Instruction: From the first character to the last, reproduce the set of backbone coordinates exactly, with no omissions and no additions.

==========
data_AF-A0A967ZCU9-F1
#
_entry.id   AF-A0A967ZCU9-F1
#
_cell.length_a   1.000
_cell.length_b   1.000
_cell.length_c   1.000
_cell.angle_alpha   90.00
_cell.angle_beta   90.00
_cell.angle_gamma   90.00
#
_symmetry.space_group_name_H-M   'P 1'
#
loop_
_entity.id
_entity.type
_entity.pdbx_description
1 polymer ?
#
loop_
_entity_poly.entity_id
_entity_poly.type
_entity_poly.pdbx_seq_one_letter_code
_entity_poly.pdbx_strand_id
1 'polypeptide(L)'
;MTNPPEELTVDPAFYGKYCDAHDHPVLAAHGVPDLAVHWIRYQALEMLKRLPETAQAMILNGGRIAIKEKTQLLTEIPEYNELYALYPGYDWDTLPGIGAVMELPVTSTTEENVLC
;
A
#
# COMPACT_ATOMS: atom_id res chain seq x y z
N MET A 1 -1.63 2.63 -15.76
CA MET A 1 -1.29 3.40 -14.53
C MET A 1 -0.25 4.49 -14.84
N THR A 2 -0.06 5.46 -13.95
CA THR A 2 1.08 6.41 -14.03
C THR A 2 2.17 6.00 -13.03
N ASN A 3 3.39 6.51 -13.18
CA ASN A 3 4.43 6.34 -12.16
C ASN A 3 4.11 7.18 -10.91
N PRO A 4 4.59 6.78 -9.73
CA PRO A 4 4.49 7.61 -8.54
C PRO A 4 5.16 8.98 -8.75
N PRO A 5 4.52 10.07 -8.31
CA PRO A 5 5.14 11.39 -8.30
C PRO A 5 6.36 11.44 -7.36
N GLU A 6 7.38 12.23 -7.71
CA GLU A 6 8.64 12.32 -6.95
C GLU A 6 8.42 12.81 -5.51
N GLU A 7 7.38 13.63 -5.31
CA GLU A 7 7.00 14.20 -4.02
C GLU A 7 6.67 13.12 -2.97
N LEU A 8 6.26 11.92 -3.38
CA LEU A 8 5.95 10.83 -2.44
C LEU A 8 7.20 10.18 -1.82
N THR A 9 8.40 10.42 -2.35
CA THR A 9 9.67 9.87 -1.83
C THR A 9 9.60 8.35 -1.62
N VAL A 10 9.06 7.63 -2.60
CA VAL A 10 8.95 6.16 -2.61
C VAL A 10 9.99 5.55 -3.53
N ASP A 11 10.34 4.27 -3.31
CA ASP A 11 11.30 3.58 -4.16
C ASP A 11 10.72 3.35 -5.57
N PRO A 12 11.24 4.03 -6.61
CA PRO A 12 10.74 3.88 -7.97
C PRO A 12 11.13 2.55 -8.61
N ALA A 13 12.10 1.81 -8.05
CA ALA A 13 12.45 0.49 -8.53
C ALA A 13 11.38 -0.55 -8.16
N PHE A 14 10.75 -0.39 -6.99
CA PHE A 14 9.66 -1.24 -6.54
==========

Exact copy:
data_AF-A0A967ZCU9-F1
#
_entry.id   AF-A0A967ZCU9-F1
#
_cell.length_a   1.000
_cell.length_b   1.000
_cell.length_c   1.000
_cell.angle_alpha   90.00
_cell.angle_beta   90.00
_cell.angle_gamma   90.00
#
_symmetry.space_group_name_H-M   'P 1'
#
loop_
_entity.id
_entity.type
_entity.pdbx_description
1 polymer ?
#
loop_
_entity_poly.entity_id
_entity_poly.type
_entity_poly.pdbx_seq_one_letter_code
_entity_poly.pdbx_strand_id
1 'polypeptide(L)'
;MTNPPEELTVDPAFYGKYCDAHDHPVLAAHGVPDLAVHWIRYQALEMLKRLPETAQAMILNGGRIAIKEKTQLLTEIPEYNELYALYPGYDWDTLPGIGAVMELPVTSTTEENVLC
;
A
#
# COMPACT_ATOMS: atom_id res chain seq x y z
N MET A 1 -1.63 2.63 -15.76
CA MET A 1 -1.29 3.40 -14.53
C MET A 1 -0.25 4.49 -14.84
N THR A 2 -0.06 5.46 -13.95
CA THR A 2 1.08 6.41 -14.03
C THR A 2 2.17 6.00 -13.03
N ASN A 3 3.39 6.51 -13.18
CA ASN A 3 4.43 6.34 -12.16
C ASN A 3 4.11 7.18 -10.91
N PRO A 4 4.59 6.78 -9.73
CA PRO A 4 4.49 7.61 -8.54
C PRO A 4 5.16 8.98 -8.75
N PRO A 5 4.52 10.07 -8.31
CA PRO A 5 5.14 11.39 -8.30
C PRO A 5 6.36 11.44 -7.36
N GLU A 6 7.38 12.23 -7.71
CA GLU A 6 8.64 12.32 -6.95
C GLU A 6 8.42 12.81 -5.51
N GLU A 7 7.38 13.63 -5.31
CA GLU A 7 7.00 14.20 -4.02
C GLU A 7 6.67 13.12 -2.97
N LEU A 8 6.26 11.92 -3.38
CA LEU A 8 5.95 10.83 -2.44
C LEU A 8 7.20 10.18 -1.82
N THR A 9 8.40 10.42 -2.35
CA THR A 9 9.67 9.87 -1.83
C THR A 9 9.60 8.35 -1.62
N VAL A 10 9.06 7.63 -2.60
CA VAL A 10 8.95 6.16 -2.61
C VAL A 10 9.99 5.55 -3.53
N ASP A 11 10.34 4.27 -3.31
CA ASP A 11 11.30 3.58 -4.16
C ASP A 11 10.72 3.35 -5.57
N PRO A 12 11.24 4.03 -6.61
CA PRO A 12 10.74 3.88 -7.97
C PRO A 12 11.13 2.55 -8.61
N ALA A 13 12.10 1.81 -8.05
CA ALA A 13 12.45 0.49 -8.53
C ALA A 13 11.38 -0.55 -8.16
N PHE A 14 10.75 -0.39 -6.99
CA PHE A 14 9.66 -1.24 -6.54